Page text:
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HomeStockSlower Job Growth, Treasury Yields, Earnings: Stock Market Looks For Support

Slower Job Growth, Treasury Yields, Earnings: Stock Market Looks For Support

It was quite a week in the stock market. The early part was relatively calm, but then things got a little hairy. You can thank the Fitch Ratings downgrade of US long-term debt from AAA to AA+ for the quick pivot in investor sentiment.

The reason for the downgrade: “Expected fiscal deterioration over the next three years, an erosion of governance in light of repeated debt-limit political standoffs, and a generally growing debt burden.” The last time something similar to this happened was in 2011, when Standard & Poor’s downgraded US credit.

When the news was released—after Tuesday’s close—S&P 500 futures fell. This carried forward into the next trading day as stocks opened lower. And while equities sold off, Treasury yields and the US dollar moved higher.

A Short-Lived Hiccup?

It remains to be seen how much of an impact the Fitch downgrade had on the stock market. One thing is for sure: investors become more cautious.

Earnings. After Amazon (AMZN) reported positive earnings and upbeat guidance, the stock price rallied in after-hours trading. The company’s revenues from its cloud-computing unit, AWS, helped lift other cloud stocks. Things weren’t so great for Apple (AAPL). While it also beat Wall Street estimates, the slowdown in overall sales didn’t help the stock much. AAPL stock price fell and is trading below its 50-day simple moving average (SMA).

July jobs report. Now that earnings season is beginning to wrap up, investors were eagerly awaiting the jobs report data. Non-farm payrolls were up 187,000, less than the 200,000 economists expected. It’s also the lowest level since December 2020, which is encouraging in that job growth is slowing. But there are some sticky areas. The 3.5% unemployment rate is slightly lower than last month’s, and average hourly earnings went up by 0.4%. This suggests that the labor market is still tight.

Labor participation has flatlined, which could be because a large segment of people are retiring. And the number of new participants seems to stay the same as the number leaving the workforce.

Investors may be worried the Fed isn’t getting inflation down to 3%. Energy prices are going up, as are food and services prices. Despite these possible headwinds, the jobs report was considered optimistic.

Market pullback. In the daily chart of the S&P 500 index ($SPX) below, you can see that the index pulled back and has moved back below its 21-day EMA. The percentage of S&P 500 stocks above the 200-day moving average and Advance-Decline Percent also dipped during the index’s pullback. All indications suggest a potential pullback, which could present buying opportunities if the stock market reverses. Keep an eye on the 50-day SMA as the next support level.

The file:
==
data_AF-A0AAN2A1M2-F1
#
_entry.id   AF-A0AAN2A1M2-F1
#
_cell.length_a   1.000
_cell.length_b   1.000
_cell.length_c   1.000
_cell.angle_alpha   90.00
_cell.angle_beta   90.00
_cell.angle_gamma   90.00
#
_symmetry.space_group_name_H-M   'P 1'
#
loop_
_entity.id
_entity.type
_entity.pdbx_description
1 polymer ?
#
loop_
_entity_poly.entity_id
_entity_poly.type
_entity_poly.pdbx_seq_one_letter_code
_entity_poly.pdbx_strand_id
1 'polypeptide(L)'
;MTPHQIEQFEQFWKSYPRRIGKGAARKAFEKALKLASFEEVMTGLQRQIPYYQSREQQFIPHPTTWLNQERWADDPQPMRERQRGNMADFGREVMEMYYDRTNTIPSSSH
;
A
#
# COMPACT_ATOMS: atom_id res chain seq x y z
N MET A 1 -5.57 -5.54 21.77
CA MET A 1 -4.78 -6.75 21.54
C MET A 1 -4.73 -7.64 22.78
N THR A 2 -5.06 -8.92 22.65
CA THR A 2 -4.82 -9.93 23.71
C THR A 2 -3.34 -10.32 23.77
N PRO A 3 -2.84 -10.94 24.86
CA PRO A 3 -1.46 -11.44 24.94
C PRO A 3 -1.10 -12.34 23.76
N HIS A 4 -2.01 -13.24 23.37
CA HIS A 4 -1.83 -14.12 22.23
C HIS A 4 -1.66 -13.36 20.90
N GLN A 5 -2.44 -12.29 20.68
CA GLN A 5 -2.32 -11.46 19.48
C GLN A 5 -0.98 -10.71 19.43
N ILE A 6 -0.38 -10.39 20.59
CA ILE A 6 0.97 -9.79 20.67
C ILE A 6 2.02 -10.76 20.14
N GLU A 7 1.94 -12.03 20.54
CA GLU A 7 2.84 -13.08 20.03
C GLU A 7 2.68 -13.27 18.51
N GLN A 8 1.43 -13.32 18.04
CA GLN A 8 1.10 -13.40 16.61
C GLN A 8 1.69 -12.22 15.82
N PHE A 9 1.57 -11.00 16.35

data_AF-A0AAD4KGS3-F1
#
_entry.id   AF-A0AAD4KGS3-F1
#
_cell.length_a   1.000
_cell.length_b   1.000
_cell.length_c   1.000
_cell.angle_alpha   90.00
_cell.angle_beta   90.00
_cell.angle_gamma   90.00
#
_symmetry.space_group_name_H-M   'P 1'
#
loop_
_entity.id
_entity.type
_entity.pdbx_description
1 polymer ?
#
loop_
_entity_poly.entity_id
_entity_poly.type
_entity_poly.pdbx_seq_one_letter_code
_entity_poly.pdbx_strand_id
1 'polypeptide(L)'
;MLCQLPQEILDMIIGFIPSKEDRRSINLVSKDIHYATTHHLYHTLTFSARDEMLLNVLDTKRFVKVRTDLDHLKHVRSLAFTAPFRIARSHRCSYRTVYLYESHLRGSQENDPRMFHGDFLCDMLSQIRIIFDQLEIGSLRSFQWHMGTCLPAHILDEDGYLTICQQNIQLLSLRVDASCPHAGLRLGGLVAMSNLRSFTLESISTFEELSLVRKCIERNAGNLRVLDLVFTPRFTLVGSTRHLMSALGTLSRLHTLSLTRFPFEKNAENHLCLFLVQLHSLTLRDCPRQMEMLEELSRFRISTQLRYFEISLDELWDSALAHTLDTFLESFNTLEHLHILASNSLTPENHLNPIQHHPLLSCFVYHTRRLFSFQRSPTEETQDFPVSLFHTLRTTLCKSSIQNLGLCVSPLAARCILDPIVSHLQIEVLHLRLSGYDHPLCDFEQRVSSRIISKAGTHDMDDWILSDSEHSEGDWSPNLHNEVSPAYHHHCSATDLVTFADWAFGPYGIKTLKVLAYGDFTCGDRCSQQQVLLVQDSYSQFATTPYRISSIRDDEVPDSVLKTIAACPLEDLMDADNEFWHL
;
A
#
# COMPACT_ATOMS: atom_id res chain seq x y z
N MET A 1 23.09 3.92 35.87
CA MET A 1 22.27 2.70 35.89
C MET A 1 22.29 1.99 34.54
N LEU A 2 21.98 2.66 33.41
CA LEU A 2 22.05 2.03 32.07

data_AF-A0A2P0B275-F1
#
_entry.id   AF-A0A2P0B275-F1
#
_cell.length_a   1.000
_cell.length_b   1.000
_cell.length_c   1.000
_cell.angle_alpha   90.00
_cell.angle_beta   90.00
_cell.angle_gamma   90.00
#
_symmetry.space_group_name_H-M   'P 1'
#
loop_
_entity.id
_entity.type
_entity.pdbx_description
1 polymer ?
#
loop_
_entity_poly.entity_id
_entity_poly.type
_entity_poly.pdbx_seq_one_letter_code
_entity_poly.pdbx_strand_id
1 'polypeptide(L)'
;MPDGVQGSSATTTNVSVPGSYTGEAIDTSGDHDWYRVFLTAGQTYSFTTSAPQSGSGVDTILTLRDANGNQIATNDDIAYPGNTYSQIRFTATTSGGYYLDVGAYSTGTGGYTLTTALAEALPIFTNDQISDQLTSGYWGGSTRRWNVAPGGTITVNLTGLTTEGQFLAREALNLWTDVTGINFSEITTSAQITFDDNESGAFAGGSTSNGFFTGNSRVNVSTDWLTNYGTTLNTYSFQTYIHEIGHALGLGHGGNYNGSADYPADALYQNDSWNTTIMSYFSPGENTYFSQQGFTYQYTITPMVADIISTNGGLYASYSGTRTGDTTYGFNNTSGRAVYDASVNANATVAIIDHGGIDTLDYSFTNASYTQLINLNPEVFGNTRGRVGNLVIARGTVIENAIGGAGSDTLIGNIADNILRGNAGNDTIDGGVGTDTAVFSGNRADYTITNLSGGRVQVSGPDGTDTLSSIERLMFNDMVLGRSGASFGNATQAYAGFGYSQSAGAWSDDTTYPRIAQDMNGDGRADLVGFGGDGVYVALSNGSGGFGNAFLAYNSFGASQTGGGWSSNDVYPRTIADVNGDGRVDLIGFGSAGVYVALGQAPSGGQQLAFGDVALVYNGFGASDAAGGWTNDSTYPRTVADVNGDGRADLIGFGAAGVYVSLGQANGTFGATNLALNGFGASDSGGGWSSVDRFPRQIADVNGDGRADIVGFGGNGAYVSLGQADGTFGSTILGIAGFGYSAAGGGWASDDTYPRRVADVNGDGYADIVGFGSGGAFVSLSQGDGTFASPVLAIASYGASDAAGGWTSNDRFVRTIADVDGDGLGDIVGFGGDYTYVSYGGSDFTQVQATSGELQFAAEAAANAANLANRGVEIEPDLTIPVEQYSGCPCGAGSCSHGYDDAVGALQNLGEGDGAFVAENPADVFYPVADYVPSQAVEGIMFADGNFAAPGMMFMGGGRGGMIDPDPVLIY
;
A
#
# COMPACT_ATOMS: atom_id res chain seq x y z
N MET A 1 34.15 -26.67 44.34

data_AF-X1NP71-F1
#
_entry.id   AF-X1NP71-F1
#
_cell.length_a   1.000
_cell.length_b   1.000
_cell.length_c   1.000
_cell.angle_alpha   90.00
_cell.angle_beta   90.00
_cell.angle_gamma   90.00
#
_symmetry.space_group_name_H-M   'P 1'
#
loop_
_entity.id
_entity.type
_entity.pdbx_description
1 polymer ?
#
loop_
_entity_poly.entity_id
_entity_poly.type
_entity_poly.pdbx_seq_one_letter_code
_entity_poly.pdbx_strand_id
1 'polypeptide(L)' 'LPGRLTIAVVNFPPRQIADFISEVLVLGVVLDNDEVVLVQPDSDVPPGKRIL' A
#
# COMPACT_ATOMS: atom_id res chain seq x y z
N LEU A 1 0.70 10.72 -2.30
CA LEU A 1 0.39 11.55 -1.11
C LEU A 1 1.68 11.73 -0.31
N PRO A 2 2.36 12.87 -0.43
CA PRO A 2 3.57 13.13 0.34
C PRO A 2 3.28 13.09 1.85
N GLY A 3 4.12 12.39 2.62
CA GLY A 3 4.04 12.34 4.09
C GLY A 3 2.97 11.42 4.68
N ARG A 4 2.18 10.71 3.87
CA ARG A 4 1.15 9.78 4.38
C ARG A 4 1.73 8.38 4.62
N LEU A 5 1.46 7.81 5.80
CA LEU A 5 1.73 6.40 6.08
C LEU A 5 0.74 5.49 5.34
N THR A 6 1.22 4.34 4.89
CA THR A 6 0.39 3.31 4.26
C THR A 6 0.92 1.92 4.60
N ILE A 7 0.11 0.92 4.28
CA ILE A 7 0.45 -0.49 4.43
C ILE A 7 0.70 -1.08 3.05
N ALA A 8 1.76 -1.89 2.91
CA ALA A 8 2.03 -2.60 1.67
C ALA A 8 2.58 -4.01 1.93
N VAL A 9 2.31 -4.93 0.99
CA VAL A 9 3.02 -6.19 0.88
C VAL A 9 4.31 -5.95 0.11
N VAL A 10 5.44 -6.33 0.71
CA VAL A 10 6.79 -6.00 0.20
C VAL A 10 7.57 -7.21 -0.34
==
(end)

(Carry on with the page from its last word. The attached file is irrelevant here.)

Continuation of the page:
CHART 1: S&P 500 INDEX ($SPX) PULLS BACK. The index dipped below its 21-day EMA and is approaching its next support level at the 50-day SMA.Chart source: (click chart for live version). For educational purposes.

After the Fitch Ratings’ downgrade and the Treasury’s plans to borrow $1 trillion, it’s worth looking at other assets besides equities. The 10-year US Treasury Yield Index ($TNX) rose to the highest 2023 level as equities sold off. After the July jobs report, 10-year yields moved lower, but remain above 4%. This brings up the next point—mortgage rates. The 30-year fixed-rate mortgage is close to 7%, the highest rate in about two decades.

It’s almost as if the forecast for how long the Fed will continue to raise interest rates keeps getting pushed out further. While some data seems to be trending in the right direction slowly, others seem to be supporting the idea that inflation is still around. If the 10-year yield hovers around 3.75%, it would be healthy for stocks, but if the 10-year yield continues to remain above 4%, stocks may sputter.

Another area to watch closely is crude oil. Price rose to the April 2023 levels, and, if price breaks above $84 a barrel, it could soar higher. If this happens, it could impact inflation, since energy is a large component of household expenses.

CHART 2: CRUDE OIL PRICES RISE. Crude oil futures are trading well above their 200-day SMA. The rise in oil prices may impact inflation.Chart source: (click chart for live version). For educational purposes.

End of Week Wrap Up

US equity indexes down; volatility up

$SPX down 0.53% at 4478.03, $INDU down 0.43% at 35065.62; $COMPQ down 0.36% at 13909.24$VIX up 7.41% at 17.10Best performing sector for the week: EnergyWorst performing sector for the week: UtilitiesTop 5 Large Cap SCTR stocks: Super Micro Computer (SMCI), Palantir Technologies (PLTR), Pohang Iron & Steel (PKX), Li Auto (LI), NVIDIA (NVDA)

On the Radar Next Week

30-Year Mortgage RateMortgage applicationsJuly CPIJuly PPIMichigan Consumer Sentiment

Disclaimer: This blog is for educational purposes only and should not be construed as financial advice. The ideas and strategies should never be used without first assessing your own personal and financial situation, or without consulting a financial professional.